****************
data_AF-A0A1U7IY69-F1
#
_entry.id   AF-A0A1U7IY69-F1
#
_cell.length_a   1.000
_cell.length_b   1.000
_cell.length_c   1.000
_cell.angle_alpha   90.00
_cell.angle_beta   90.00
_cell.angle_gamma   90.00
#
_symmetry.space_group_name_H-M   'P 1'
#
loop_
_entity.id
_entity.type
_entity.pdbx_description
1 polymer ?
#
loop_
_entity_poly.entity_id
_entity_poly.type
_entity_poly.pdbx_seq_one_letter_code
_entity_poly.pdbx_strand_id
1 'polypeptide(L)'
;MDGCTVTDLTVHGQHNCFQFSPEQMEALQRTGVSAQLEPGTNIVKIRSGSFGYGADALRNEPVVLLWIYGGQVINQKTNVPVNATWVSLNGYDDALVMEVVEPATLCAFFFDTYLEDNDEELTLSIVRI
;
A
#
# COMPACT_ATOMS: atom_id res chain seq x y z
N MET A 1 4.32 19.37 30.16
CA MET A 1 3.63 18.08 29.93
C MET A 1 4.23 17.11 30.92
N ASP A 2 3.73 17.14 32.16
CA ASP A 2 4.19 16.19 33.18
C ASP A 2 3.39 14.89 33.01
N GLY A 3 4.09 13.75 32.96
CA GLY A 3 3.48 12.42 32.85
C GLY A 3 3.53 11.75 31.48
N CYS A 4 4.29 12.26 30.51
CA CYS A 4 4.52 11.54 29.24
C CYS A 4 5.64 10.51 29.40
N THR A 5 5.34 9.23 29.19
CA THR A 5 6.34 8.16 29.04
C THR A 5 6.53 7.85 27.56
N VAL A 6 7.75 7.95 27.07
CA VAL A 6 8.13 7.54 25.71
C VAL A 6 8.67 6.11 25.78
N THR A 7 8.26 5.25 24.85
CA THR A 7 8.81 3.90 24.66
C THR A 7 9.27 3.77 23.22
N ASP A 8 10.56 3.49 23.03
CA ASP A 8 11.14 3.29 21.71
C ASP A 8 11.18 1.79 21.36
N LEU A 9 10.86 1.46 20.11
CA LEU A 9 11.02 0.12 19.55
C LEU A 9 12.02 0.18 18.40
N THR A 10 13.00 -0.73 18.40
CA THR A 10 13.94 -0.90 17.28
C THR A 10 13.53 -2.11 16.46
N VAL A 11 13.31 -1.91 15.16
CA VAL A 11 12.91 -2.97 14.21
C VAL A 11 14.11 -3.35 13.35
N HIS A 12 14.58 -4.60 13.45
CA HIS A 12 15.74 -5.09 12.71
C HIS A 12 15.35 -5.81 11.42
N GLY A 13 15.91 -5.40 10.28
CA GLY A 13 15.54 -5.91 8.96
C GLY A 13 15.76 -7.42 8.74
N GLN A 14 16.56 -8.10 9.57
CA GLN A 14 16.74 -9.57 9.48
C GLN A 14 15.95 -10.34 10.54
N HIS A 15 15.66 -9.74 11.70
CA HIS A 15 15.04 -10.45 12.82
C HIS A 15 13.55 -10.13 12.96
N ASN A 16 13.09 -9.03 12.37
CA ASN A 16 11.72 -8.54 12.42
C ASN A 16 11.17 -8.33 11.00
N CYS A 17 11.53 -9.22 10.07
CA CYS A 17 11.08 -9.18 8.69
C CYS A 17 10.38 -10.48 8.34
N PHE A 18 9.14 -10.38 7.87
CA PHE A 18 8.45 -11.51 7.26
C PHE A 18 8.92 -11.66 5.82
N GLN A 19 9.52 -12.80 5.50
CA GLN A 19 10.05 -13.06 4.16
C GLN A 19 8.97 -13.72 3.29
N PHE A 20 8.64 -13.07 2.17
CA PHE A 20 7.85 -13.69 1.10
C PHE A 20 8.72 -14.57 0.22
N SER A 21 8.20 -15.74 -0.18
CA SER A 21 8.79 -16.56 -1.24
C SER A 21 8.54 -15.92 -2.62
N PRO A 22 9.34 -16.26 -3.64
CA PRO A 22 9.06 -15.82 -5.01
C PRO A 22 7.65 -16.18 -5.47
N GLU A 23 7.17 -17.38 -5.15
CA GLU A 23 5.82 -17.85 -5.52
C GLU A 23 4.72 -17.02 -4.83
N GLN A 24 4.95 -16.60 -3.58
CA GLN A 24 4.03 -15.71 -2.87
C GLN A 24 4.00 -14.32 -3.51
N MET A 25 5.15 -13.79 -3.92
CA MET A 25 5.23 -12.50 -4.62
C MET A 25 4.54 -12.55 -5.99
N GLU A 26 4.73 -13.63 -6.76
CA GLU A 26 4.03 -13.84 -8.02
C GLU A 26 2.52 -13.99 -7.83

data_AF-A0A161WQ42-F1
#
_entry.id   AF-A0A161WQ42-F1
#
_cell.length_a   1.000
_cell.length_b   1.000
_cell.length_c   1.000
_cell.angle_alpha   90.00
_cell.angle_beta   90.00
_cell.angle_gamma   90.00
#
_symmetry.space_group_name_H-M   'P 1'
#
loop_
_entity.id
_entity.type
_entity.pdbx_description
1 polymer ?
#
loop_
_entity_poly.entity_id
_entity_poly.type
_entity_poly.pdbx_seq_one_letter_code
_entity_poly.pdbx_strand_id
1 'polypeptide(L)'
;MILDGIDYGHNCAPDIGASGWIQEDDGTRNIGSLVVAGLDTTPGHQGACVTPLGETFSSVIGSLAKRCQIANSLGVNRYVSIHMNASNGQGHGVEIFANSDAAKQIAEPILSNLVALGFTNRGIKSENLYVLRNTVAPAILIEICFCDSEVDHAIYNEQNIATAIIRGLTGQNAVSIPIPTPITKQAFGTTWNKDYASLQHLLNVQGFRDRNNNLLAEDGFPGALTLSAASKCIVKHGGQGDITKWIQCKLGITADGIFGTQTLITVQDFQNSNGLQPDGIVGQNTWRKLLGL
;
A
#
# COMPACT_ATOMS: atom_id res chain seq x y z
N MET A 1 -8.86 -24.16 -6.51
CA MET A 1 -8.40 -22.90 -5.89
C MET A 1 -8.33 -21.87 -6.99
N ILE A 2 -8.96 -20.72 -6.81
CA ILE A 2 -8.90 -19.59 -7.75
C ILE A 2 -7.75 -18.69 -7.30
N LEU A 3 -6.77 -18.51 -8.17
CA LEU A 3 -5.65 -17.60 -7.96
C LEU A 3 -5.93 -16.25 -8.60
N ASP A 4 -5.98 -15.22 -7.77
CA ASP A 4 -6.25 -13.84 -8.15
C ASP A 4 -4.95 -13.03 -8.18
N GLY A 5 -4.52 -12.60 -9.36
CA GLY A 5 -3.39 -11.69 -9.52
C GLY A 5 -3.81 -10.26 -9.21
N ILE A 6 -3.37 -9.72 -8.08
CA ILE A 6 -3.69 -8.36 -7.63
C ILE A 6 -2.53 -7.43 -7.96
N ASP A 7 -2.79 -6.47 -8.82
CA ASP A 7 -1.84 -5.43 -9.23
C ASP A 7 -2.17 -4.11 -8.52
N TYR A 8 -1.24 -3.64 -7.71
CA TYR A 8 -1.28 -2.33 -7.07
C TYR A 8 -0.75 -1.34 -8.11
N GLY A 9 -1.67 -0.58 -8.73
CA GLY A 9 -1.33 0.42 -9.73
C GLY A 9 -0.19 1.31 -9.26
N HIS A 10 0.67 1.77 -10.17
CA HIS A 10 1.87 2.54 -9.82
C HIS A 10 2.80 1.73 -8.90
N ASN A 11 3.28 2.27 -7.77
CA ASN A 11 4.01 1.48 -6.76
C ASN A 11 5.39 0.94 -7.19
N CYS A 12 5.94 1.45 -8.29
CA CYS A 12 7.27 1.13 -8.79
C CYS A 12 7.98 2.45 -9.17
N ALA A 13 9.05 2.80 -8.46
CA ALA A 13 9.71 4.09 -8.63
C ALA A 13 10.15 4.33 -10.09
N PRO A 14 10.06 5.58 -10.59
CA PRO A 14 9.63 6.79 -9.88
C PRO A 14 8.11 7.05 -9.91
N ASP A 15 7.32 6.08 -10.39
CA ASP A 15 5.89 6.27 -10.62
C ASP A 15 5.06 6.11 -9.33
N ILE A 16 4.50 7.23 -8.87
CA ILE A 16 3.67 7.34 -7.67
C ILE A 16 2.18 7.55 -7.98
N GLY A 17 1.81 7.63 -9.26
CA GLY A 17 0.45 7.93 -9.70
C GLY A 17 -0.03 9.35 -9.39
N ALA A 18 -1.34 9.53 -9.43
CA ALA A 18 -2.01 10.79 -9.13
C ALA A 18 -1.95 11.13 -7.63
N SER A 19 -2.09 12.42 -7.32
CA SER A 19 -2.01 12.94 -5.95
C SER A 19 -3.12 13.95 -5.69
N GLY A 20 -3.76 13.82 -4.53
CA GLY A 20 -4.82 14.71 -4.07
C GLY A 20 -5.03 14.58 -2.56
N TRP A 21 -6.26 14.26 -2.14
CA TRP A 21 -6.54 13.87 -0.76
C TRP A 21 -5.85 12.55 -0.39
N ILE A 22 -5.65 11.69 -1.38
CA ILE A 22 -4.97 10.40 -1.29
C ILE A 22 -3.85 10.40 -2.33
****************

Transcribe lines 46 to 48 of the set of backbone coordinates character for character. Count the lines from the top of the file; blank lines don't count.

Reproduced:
N VAL A 6 7.75 7.95 27.07
CA VAL A 6 8.13 7.54 25.71
C VAL A 6 8.67 6.11 25.78